Jan
01
2010

Soundbites

Wasteful Stimulus—or Simulated Waste?

ABC’s Good Morning America (8/3/10) aired a so-called “exclusive” that unveiled a list of supposedly wasteful stimulus projects compiled by two Republican senators. Correspondent Jonathan Karl led off his segment by telling viewers that half a million dollars went to fix up a visitors center near Mount St. Helens that was permanently closed. Gotcha! Except that Karl then acknowledges that the government is fixing up the center so it can sell it. That’s a crucial bit of context that makes the spending sound actually pretty reasonable.

But Karl went on to name other examples without any context at all. He mocked the stimulus bill for including “nearly $1 million for the California Academy of Sciences to study exotic ants.” That’s funny, because animals are funny, especially bugs. But Karl might have mentioned that exotic insects are a major threat to agriculture, which is a $36 billion industry in the state of California.

Jonathan Karl, it should be noted, is an alum of the Collegiate Network fellowship program, which places young conservatives in more mainstream outlets in an effort to move the news business to the right. That helps explain a story like this, or another story he did on July 14 that revealed that about one out of every 5,600 stimulus dollars was being spent on signs advertising that projects were paid for with stimulus money. Those signs have given the public a lot more accurate information about the stimulus than Karl’s reporting has.

To Each According to His Needs

“Federal Workers Earning Double Their Private Counterparts” was the headline on USA Today’s August 10 lead story. Well, that sounds unfair—some workers earn twice as much as their counterparts just because they work for the federal government? How could readers help but agree with the quote from the right-wing libertarian Cato Institute: “Can’t we now all agree that federal workers are overpaid and do something about it?”

Until, that is, you get to the second-to-last paragraph, which reveals: “USA Today reported in March that the federal government pays an average of 20 percent more than private firms for comparable occupations. The analysis did not consider differences in experience and education.”

So when you look at “comparable occupations”—and don’t just put all federal workers up against all private workers—you don’t get a 100 percent difference, you get a 20 percent difference. And that’s without adjusting for differences in experience and education, which you have to do if you want to make an apples-to-apples comparison. When you do that, and compare federal workers to their actual private counterparts—is there any difference in pay? USA Today doesn’t say.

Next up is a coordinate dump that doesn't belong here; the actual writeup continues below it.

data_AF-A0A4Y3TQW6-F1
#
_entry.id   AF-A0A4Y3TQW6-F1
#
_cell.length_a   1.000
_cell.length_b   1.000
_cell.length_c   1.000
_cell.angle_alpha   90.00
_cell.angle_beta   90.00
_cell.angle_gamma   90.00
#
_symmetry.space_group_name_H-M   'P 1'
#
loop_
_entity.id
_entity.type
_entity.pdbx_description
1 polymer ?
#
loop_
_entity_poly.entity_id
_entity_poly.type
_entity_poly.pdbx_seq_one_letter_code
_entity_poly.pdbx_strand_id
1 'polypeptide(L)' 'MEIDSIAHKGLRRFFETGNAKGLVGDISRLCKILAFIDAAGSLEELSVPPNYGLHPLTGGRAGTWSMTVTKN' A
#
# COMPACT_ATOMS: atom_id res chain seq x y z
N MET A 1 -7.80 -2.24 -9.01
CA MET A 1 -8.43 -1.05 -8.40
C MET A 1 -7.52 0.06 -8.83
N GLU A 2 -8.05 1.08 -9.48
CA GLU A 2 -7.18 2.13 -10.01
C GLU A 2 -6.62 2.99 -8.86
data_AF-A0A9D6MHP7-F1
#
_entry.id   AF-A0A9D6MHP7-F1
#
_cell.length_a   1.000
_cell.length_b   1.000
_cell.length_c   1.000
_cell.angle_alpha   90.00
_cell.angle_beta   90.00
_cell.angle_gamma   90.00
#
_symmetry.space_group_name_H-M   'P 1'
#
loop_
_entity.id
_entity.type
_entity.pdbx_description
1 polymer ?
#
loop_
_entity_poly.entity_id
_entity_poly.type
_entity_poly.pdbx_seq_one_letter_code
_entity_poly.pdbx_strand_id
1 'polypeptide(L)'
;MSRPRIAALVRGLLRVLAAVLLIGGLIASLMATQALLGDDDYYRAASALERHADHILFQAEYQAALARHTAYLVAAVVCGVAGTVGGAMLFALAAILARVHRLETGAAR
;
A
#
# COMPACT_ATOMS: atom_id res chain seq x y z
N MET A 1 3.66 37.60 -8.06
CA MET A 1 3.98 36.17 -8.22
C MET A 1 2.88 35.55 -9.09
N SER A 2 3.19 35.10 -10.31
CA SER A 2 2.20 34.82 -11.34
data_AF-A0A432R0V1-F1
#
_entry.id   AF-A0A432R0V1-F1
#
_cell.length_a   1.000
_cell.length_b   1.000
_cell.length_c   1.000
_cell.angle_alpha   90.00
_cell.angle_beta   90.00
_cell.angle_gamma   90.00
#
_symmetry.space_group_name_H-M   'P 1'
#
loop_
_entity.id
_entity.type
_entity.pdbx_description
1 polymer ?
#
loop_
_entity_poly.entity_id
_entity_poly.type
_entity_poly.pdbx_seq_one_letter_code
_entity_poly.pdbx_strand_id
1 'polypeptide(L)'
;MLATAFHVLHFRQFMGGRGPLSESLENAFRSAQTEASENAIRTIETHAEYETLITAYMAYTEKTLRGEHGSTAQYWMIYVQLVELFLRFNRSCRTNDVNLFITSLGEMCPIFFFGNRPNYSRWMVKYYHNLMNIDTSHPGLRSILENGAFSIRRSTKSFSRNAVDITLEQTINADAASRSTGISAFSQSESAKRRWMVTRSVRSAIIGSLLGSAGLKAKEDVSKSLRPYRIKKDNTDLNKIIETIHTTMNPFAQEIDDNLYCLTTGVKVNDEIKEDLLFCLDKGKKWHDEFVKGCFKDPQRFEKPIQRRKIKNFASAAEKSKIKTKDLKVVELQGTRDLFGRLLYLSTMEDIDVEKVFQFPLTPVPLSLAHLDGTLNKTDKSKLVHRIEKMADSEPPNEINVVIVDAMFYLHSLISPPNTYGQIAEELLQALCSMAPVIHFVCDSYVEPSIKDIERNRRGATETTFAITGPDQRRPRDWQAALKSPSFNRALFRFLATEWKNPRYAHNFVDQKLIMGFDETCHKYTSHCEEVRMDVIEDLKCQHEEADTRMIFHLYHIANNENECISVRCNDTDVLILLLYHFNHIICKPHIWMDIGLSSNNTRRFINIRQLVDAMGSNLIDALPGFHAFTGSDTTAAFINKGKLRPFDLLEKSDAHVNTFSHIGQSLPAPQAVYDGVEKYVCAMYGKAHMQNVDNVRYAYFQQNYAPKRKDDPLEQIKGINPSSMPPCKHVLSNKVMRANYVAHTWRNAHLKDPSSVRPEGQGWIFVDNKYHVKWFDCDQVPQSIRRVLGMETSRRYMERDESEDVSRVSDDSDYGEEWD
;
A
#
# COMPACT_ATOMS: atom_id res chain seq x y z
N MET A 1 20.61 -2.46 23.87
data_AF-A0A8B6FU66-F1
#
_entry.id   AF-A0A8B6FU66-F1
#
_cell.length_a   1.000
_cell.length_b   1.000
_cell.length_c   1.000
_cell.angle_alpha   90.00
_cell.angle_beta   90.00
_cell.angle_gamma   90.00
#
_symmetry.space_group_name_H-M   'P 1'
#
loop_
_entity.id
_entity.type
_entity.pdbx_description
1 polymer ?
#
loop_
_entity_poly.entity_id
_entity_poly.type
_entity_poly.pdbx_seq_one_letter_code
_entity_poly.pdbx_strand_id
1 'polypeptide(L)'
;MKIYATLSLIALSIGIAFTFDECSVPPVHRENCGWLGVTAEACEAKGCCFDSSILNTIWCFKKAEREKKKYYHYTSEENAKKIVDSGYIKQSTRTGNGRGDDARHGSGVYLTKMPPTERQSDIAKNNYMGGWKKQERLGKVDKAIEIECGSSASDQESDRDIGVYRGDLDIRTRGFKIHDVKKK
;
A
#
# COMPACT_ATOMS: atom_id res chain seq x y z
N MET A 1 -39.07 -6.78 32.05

‘Debating’ Democracy With Just One Side

The Los Angeles Times (8/13/10) reported that the “moral argument” over California’s Proposition 8, which banned gay marriages, “has morphed into a debate over the democratic process and the propriety of judges overturning laws approved by voters.”

It’s strange, then, that an article on this “debate” would feature only viewpoints from one side—the side that says, “The people voted on it and it should be left alone.” All five of the sources quoted by reporter Mike Anton took this position. (There was also a two-word quotation from Judge Vaughan Walker’s ruling: “moral disapproval.”)

Anton did note that the “tension between ‘majority rule’ and a Constitution designed to protect the rights of individuals against the majority” is “one of the oldest conflicts in the nation.” Given that, wouldn’t it make sense to find someone to take issue with his sources’ assertions that “in a democracy, the people decide”? Someone, in other words, to take the pro-Constitution side?

NYT’s Venezuelan Numbers Game

“Venezuela, More Deadly Than Iraq,” was how the New York Times (NYTimes.com, 8/22/10) headlined reporter Simon Romero’s assertion, “In Iraq, a country with about the same population as Venezuela, there were 4,644 civilian deaths from violence in 2009, according to Iraq Body Count; in Venezuela that year, the number of murders climbed above 16,000.”

This comparison has so many problems, it’s beyond apples-to-oranges—it’s more like apples-to-alligators. The Iraq Body Count project tallies violent deaths that are reported by foreign media; compared to more scientific surveys of violence in Iraq, it’s been found to underestimate the total number of deaths by a factor of three or more. And it’s a measure of civilian deaths—much of the deadly violence associated with Iraq involves combatants, who are not included in the Body Count number. Members of drug gangs and other armed groups who kill each other in Venezuela, on the other hand, are included in the Venezuelan statistics.

When analyst Robert Naiman (Huffington Post, 8/24/10) pointed out these and other problems with the comparison in the New York Times, the paper passed the buck. A Times editor told Naiman that Romero did not “declare the Iraq Body Count correct; he simply used an official figure, even if one subject to debate, to make a comparison with the violence in Venezuela.” Of course, Iraq Body Count is not an official figure—it’s a non-governmental group monitoring the Iraq conflict. But apparently, for the New York Times, if a statistic serves the official agenda of making Venezuela look bad—then it’s official.